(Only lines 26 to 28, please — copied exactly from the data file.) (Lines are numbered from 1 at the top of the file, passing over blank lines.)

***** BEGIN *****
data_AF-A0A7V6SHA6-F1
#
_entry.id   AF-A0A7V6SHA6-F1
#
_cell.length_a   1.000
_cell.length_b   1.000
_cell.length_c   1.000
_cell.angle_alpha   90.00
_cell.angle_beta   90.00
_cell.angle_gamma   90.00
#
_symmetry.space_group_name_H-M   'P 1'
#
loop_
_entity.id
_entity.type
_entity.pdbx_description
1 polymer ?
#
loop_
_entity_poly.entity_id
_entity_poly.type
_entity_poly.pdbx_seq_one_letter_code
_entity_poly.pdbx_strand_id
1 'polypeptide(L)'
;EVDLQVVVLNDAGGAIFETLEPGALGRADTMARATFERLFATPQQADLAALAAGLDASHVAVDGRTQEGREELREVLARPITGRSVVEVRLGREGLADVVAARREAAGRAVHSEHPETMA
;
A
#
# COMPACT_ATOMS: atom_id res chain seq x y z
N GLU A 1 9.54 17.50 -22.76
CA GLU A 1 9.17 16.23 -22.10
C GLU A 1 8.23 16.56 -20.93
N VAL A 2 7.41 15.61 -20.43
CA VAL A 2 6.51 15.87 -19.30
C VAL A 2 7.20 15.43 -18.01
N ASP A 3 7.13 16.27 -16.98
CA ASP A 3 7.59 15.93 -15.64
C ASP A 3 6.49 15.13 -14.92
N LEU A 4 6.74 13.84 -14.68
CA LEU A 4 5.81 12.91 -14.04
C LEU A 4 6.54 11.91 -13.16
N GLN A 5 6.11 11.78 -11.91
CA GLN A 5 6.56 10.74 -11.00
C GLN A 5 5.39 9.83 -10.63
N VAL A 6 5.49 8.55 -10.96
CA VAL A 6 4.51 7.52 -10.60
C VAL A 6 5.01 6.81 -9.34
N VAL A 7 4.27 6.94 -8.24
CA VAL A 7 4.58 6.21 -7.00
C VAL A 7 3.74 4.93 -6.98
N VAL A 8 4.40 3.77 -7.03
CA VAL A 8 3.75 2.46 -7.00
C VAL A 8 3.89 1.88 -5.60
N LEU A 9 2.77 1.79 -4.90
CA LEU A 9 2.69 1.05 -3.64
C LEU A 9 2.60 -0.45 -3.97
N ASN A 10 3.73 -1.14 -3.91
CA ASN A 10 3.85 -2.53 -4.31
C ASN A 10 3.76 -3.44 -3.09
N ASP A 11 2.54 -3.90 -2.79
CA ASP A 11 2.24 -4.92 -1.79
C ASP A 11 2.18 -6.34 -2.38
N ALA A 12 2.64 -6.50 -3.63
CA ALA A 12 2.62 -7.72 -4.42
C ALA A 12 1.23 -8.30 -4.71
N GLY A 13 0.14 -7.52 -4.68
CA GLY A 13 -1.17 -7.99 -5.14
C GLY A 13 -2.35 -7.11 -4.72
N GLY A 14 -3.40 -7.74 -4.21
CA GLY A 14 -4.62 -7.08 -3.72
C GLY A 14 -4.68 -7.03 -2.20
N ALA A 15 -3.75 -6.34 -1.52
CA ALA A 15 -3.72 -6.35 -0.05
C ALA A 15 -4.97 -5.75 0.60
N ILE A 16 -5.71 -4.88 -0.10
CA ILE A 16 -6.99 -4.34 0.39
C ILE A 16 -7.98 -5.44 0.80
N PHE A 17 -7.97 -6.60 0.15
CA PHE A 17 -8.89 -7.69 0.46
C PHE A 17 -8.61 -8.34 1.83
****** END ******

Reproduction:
;EVDLQVVVLNDAGGAIFETLEPGALGRADTMARATFERLFATPQQADLAALAAGLDASHVAVDGRTQEGREELREVLARPITGRSVVEVRLGREGLADVVAARREAAGRAVHSEHPETMA
;
A